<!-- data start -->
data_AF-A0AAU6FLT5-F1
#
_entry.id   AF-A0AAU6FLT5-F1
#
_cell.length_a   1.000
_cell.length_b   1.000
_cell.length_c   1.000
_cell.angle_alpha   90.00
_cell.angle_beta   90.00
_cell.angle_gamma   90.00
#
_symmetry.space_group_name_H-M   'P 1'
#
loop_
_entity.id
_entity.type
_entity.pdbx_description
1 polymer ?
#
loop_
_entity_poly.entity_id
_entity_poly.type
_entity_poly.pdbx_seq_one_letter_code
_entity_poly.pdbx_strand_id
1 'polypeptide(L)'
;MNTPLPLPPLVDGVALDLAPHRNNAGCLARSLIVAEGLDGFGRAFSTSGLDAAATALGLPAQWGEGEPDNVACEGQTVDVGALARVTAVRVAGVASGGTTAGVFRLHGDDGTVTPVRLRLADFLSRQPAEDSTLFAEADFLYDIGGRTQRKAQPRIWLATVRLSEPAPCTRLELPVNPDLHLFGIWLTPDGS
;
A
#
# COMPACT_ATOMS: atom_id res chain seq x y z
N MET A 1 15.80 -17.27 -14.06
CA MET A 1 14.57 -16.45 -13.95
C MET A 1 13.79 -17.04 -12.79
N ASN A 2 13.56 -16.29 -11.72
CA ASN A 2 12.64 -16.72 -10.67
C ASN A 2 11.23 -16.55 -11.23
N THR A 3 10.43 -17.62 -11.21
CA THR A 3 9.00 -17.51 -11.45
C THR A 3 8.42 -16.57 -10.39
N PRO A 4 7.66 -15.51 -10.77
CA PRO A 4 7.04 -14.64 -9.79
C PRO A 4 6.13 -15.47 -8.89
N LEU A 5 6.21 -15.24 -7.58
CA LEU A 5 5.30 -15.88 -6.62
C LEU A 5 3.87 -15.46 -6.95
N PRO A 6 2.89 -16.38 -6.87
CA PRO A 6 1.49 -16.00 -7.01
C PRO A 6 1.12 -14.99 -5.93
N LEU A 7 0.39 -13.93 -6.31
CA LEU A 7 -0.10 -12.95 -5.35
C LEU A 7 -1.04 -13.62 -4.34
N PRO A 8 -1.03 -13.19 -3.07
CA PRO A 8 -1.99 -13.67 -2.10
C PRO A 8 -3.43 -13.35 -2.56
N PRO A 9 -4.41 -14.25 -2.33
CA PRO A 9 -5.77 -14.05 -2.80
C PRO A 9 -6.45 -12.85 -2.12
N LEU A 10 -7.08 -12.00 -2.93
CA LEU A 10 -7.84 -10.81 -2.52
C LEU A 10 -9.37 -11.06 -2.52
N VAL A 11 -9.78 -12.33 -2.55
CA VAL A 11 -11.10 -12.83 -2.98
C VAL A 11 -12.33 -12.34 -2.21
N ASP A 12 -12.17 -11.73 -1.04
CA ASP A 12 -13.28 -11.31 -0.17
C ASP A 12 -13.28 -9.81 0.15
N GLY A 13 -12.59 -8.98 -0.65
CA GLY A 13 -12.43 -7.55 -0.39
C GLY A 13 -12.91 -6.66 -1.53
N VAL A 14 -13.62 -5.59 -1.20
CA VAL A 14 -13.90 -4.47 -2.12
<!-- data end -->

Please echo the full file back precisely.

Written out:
data_AF-A0AAU6FLT5-F1
#
_entry.id   AF-A0AAU6FLT5-F1
#
_cell.length_a   1.000
_cell.length_b   1.000
_cell.length_c   1.000
_cell.angle_alpha   90.00
_cell.angle_beta   90.00
_cell.angle_gamma   90.00
#
_symmetry.space_group_name_H-M   'P 1'
#
loop_
_entity.id
_entity.type
_entity.pdbx_description
1 polymer ?
#
loop_
_entity_poly.entity_id
_entity_poly.type
_entity_poly.pdbx_seq_one_letter_code
_entity_poly.pdbx_strand_id
1 'polypeptide(L)'
;MNTPLPLPPLVDGVALDLAPHRNNAGCLARSLIVAEGLDGFGRAFSTSGLDAAATALGLPAQWGEGEPDNVACEGQTVDVGALARVTAVRVAGVASGGTTAGVFRLHGDDGTVTPVRLRLADFLSRQPAEDSTLFAEADFLYDIGGRTQRKAQPRIWLATVRLSEPAPCTRLELPVNPDLHLFGIWLTPDGS
;
A
#
# COMPACT_ATOMS: atom_id res chain seq x y z
N MET A 1 15.80 -17.27 -14.06
CA MET A 1 14.57 -16.45 -13.95
C MET A 1 13.79 -17.04 -12.79
N ASN A 2 13.56 -16.29 -11.72
CA ASN A 2 12.64 -16.72 -10.67
C ASN A 2 11.23 -16.55 -11.23
N THR A 3 10.43 -17.62 -11.21
CA THR A 3 9.00 -17.51 -11.45
C THR A 3 8.42 -16.57 -10.39
N PRO A 4 7.66 -15.51 -10.77
CA PRO A 4 7.04 -14.64 -9.79
C PRO A 4 6.13 -15.47 -8.89
N LEU A 5 6.21 -15.24 -7.58
CA LEU A 5 5.30 -15.88 -6.62
C LEU A 5 3.87 -15.46 -6.95
N PRO A 6 2.89 -16.38 -6.87
CA PRO A 6 1.49 -16.00 -7.01
C PRO A 6 1.12 -14.99 -5.93
N LEU A 7 0.39 -13.93 -6.31
CA LEU A 7 -0.10 -12.95 -5.35
C LEU A 7 -1.04 -13.62 -4.34
N PRO A 8 -1.03 -13.19 -3.07
CA PRO A 8 -1.99 -13.67 -2.10
C PRO A 8 -3.43 -13.35 -2.56
N PRO A 9 -4.41 -14.25 -2.33
CA PRO A 9 -5.77 -14.05 -2.80
C PRO A 9 -6.45 -12.85 -2.12
N LEU A 10 -7.08 -12.00 -2.93
CA LEU A 10 -7.84 -10.81 -2.52
C LEU A 10 -9.37 -11.06 -2.52
N VAL A 11 -9.78 -12.33 -2.55
CA VAL A 11 -11.10 -12.83 -2.98
C VAL A 11 -12.33 -12.34 -2.21
N ASP A 12 -12.17 -11.73 -1.04
CA ASP A 12 -13.28 -11.31 -0.17
C ASP A 12 -13.28 -9.81 0.15
N GLY A 13 -12.59 -8.98 -0.65
CA GLY A 13 -12.43 -7.55 -0.39
C GLY A 13 -12.91 -6.66 -1.53
N VAL A 14 -13.62 -5.59 -1.20
CA VAL A 14 -13.90 -4.47 -2.12